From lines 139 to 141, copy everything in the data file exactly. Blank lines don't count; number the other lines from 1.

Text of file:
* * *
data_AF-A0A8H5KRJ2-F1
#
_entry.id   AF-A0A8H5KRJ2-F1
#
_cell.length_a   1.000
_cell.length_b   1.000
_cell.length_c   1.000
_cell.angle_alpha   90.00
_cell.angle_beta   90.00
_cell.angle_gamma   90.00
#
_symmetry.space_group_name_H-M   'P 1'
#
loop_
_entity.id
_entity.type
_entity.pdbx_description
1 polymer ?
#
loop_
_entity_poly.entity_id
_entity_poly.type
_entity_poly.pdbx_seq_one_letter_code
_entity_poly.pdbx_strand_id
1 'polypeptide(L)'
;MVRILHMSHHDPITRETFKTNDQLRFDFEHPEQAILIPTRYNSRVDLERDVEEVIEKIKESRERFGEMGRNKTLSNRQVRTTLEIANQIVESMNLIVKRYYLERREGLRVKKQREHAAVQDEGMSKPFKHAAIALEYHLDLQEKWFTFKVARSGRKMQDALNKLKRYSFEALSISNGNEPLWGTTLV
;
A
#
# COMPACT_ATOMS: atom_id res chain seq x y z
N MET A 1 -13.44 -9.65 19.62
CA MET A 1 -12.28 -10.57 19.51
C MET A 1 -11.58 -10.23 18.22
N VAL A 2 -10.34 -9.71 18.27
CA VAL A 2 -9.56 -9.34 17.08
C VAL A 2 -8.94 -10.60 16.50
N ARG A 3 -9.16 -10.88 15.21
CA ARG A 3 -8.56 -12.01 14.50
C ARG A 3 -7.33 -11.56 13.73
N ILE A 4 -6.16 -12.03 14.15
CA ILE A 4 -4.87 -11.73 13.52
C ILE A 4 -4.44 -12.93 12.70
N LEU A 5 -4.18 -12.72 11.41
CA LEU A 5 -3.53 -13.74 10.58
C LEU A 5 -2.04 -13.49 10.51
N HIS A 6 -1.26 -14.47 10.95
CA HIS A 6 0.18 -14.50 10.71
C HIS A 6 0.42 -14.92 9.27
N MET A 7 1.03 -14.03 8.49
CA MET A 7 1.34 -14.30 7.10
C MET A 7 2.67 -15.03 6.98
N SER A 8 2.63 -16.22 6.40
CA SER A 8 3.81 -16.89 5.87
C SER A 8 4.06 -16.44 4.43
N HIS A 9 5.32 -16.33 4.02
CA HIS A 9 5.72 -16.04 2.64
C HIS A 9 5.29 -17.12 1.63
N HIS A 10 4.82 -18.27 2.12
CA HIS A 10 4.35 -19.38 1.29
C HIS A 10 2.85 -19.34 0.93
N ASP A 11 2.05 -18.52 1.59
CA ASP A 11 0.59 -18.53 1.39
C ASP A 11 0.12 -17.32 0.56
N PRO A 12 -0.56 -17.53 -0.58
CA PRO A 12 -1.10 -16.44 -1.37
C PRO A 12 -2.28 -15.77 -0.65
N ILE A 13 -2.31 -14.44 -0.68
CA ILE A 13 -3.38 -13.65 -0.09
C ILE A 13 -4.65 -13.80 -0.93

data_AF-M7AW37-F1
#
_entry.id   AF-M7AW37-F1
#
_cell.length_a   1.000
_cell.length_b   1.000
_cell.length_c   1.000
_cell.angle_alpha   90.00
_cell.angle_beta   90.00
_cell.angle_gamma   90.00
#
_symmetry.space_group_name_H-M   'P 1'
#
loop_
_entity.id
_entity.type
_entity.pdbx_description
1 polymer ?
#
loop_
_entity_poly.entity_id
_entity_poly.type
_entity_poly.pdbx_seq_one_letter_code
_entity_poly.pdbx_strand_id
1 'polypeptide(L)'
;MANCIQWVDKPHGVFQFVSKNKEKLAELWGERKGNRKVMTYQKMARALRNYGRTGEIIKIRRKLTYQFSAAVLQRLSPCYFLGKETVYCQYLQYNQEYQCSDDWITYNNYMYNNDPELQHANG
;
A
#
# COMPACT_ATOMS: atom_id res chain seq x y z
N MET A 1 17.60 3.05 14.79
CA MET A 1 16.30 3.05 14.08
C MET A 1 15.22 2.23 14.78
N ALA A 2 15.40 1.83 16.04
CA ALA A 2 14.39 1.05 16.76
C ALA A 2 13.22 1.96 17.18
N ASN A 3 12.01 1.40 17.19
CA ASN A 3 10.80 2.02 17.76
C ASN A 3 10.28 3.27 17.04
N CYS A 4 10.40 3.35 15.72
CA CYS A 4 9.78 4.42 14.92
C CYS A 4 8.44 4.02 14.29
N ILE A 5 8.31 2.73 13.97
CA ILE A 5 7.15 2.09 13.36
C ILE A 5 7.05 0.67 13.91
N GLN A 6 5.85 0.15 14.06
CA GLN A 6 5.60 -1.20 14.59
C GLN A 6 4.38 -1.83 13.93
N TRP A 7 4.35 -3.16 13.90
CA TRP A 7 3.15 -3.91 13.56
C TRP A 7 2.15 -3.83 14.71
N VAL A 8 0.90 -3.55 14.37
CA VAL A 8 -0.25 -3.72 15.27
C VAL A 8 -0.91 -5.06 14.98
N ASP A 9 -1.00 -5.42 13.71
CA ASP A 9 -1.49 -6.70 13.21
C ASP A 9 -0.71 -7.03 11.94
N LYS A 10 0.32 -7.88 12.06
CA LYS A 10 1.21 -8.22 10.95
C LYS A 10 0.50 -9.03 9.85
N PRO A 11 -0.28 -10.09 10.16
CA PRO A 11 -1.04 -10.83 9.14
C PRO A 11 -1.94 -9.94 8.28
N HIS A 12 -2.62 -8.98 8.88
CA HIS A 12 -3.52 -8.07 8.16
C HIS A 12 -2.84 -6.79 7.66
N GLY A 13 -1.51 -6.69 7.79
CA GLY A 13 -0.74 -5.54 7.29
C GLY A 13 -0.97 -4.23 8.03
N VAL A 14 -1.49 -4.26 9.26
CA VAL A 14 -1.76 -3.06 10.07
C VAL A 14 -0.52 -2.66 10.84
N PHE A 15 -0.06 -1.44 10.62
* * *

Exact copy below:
N VAL A 14 -1.49 -4.26 9.26
CA VAL A 14 -1.76 -3.06 10.07
C VAL A 14 -0.52 -2.66 10.84